ATLANTA – Mark Dodd, an alumnus of the illustrious Morehouse College, has transformed his pain into purpose.

Despite continuing physical disabilities, the political science graduate started the Not Alone Foundation in 2006, to provide financial assistance, educational and medical resources to those undergoing and waiting for a kidney transplant.

He says that when he was diagnosed with renal failure six years ago, he was shocked to discover prospective organ recipients, “including the poor and lower middle class had to raise $5,000 dollars just to get on the kidney transplant list.”

Thereafter, he felt compelled to use his “personal testimony” to support Georgia patients who otherwise would not have had the opportunity to get on the list because of their financial abilities.

Dodd, who is still waiting for an available donor, says unlike other “celebrity diseases” which have garnished media attention, chronic kidney failure is “is a silent disease” with relatively low levels of awareness.

Still, chronic kidney disease is indiscriminate of race, class and gender, and affects tens of thousands of people in the U.S. every year. Diabetes and high blood pressure, both prevalent among African-Americans, are the key risk factors for chronic kidney disease (CKD).

Kidney failure, or the slow loss of kidney functioning over time, “is a cruel, costly and untimely disease, where patients may require dialysis up to three-times-a-week,” says Peggy Freeman, who sits on the board of the Not Alone Foundation, “Others may travel hundreds of miles for treatment because they don’t have facilities nearby.”

Indeed, it is Dodd’s battle to overcome the disease since his diagnosis, when he was still a Morehouse undergraduate, that has given him the determination to spearhead the foundation’s second annual Diamond Awards. Proceeds from the award show are used to benefit kidney illness and transplant surgeries.Hosted by actress Terri J. Vaughn, the star-studded awards ceremony, held on Saturday, March 17th, took place at the Ray Charles Performing Arts Center at Morehouse College in Atlanta, Georgia.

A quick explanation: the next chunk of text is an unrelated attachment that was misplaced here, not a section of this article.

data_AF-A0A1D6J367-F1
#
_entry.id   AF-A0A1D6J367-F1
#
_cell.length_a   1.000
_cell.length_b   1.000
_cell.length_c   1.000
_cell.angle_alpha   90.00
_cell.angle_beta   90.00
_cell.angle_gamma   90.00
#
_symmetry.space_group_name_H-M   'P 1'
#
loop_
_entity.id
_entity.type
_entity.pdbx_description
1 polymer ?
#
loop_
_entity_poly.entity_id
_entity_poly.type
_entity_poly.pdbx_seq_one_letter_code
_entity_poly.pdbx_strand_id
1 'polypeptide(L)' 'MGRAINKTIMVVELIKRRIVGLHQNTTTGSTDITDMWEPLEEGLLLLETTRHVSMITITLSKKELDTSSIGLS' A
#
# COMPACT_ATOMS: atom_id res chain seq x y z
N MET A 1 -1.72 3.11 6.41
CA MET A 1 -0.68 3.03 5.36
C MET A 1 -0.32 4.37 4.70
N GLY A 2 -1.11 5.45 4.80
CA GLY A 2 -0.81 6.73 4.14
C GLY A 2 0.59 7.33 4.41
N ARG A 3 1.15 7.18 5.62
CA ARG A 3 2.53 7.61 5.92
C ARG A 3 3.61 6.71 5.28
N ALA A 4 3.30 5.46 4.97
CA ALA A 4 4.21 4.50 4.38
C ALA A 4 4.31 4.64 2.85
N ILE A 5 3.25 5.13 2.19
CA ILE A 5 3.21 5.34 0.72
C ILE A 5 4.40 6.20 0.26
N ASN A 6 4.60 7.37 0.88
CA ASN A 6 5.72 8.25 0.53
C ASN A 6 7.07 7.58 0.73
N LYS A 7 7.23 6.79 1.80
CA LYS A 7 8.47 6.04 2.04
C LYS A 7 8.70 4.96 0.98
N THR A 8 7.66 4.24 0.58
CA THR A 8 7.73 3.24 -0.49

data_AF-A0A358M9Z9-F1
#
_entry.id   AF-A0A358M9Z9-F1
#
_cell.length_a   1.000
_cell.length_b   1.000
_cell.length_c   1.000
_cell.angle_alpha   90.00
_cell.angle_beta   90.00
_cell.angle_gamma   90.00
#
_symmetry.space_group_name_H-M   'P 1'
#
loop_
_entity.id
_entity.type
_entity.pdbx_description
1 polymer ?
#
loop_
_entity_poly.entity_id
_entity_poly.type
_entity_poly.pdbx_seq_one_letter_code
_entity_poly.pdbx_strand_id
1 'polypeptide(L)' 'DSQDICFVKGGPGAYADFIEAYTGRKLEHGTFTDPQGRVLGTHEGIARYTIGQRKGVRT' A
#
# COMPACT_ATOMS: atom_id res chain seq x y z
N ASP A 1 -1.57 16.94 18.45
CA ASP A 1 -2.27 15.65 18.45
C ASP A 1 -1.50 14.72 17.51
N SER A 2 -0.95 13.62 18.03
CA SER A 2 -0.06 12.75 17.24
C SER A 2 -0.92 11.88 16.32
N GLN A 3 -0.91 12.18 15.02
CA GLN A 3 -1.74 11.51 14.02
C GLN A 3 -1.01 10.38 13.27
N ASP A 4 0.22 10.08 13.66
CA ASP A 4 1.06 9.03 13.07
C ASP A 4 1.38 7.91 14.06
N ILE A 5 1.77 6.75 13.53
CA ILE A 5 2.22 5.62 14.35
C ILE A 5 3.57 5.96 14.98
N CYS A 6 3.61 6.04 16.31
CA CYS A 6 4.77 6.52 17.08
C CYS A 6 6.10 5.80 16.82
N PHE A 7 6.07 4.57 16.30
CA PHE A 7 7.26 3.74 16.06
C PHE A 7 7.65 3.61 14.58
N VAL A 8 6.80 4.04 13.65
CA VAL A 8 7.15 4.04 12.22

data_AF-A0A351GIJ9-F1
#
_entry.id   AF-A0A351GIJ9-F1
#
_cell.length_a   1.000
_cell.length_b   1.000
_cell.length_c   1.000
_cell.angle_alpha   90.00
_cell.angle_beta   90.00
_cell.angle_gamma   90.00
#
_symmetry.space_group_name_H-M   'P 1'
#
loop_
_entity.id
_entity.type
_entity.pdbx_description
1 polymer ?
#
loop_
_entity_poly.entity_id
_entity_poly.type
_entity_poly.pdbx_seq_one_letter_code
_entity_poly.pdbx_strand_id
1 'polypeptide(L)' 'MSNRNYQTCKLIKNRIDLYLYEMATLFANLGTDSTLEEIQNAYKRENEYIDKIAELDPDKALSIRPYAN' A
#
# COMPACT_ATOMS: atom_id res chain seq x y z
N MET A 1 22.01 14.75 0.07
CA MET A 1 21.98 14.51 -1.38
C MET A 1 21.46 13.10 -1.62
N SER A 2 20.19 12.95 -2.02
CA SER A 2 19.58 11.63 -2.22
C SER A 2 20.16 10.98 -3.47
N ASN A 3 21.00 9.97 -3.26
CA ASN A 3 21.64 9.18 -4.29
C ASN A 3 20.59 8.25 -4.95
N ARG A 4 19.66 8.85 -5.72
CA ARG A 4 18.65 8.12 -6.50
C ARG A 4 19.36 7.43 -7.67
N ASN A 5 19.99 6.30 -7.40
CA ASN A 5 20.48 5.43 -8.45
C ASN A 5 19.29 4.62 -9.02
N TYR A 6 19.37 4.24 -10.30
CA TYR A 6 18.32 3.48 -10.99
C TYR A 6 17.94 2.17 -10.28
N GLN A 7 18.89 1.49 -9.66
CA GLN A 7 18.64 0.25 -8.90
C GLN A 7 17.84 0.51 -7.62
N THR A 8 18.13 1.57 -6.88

Established in 2010, the awards honor individuals in the entertainment and business worlds who have made a significant impact. From donating their time, money and influence to philanthropic activities, to acting as a role model or pioneer for others in their fields.

This year’s honorees included: actress LisaRaye McCoy; Red Tails director, Anthony Hemingway; Chairman at Green Energy Corp, Dr. Thomas Mensah, and actress Jackée Harry, who, in an emotional speech, told the audience her mother died of kidney failure.

Speaking about the award, Dr Mensah told theGrio, “I am very excited. Most of the time I am recognized by scientific or engineering communities, but it’s a privilege to be honored by your own community.”

“We focus on diseases like cancer and/or heart disease, but my hope is that these awards bring greater awareness to kidney failure,” said recipient of Diamond Award for Corporate Excellence, Shan Cooper.

“This is a wonderful cause and I’m extremely honored to be part the event,” said model and reality television star, Cynthia Bailey, who presented one of the awards.

The evening featured performances by Avery Sunshine and Demetria McKinney, as well as appearances by actors Mel Jackson and Travis Winfrey, actress Charity Shea and actor Brad James.

“Even in our ­first year, the response and support we have received for both the Foundation and Diamond Awards from local and national celebrities and business people has been incredible,” says Dodd, CEO of the foundation.

Every year, more than 100,000 Americans are diagnosed with kidney failure, and more than 400,000 Americans suffer from end-stage renal disease (ESRD), according to the foundation. At this stage, the kidneys are no longer able to remove enough wastes and excess fluids from the body and patients need dialysis or a kidney transplant.

The goals of foundation are two-fold: to help adult end-stage renal disease patients become members of the official kidney transplant list, and to support the families of children and teens suffering from ESRD.

In addition to providing financial assistance for patients, the foundation sponsors research and public education that promotes the prevention of diseases that can lead to kidney failure.